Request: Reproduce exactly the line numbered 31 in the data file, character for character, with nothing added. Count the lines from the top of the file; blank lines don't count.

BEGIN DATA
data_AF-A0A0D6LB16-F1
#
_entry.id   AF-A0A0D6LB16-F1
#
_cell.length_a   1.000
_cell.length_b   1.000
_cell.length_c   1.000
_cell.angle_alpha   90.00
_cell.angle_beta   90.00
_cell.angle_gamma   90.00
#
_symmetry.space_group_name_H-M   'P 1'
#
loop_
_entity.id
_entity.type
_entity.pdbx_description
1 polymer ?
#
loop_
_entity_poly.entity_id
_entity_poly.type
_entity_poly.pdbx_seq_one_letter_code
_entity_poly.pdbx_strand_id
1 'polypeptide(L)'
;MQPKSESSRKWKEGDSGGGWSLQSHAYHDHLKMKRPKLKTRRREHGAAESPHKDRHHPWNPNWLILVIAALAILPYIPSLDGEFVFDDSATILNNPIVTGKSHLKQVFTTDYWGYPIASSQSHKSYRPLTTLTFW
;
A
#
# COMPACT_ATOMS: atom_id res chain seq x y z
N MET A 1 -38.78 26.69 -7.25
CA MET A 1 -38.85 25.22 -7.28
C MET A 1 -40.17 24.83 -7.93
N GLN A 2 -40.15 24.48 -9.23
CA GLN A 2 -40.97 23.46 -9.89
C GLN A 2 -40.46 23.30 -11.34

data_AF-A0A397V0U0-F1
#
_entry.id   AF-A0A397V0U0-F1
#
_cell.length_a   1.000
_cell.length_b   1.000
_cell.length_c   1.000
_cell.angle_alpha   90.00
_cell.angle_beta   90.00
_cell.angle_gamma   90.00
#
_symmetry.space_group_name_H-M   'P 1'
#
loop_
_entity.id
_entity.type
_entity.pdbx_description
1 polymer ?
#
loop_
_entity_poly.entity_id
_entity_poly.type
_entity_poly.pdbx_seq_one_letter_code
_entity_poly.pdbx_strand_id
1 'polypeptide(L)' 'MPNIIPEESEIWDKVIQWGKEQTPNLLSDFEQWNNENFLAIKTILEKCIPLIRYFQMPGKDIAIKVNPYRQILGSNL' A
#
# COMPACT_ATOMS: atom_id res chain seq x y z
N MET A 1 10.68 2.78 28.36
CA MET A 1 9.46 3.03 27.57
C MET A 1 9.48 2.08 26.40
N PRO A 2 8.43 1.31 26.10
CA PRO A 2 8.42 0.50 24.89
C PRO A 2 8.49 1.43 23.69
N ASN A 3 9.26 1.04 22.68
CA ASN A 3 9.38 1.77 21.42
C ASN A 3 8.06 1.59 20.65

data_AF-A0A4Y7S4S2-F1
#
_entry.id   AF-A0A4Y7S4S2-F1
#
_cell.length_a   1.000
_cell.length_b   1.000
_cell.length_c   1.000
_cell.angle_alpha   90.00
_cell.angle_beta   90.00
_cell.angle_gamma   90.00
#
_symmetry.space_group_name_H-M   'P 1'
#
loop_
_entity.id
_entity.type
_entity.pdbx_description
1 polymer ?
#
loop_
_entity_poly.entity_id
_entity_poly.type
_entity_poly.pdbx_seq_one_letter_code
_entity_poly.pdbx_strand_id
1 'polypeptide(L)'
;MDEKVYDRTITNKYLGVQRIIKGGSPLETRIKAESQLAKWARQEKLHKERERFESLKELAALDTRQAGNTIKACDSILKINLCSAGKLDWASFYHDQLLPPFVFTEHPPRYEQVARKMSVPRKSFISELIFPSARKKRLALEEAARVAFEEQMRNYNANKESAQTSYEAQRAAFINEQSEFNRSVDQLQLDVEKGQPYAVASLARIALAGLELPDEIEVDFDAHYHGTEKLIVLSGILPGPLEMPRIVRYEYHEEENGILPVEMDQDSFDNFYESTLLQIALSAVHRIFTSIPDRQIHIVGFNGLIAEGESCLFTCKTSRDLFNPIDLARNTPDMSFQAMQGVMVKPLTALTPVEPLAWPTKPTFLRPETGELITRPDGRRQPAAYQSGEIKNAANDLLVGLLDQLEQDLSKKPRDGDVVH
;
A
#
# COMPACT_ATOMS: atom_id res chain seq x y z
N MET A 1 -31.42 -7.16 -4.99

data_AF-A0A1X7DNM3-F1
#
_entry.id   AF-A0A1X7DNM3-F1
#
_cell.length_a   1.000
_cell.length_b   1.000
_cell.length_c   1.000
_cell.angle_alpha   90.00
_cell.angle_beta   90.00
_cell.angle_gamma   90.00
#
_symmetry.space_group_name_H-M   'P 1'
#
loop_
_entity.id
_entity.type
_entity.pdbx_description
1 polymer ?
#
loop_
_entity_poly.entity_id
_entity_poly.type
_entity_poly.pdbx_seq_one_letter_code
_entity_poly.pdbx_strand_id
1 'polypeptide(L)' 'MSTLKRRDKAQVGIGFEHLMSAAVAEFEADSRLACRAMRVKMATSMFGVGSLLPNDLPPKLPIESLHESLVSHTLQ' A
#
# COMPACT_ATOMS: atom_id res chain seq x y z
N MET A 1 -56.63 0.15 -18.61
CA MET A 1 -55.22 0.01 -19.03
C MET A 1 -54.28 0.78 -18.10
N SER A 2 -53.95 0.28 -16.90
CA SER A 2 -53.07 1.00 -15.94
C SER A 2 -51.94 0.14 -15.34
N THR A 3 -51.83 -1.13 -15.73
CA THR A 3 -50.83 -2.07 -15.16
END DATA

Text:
N MET A 1 -38.78 26.69 -7.25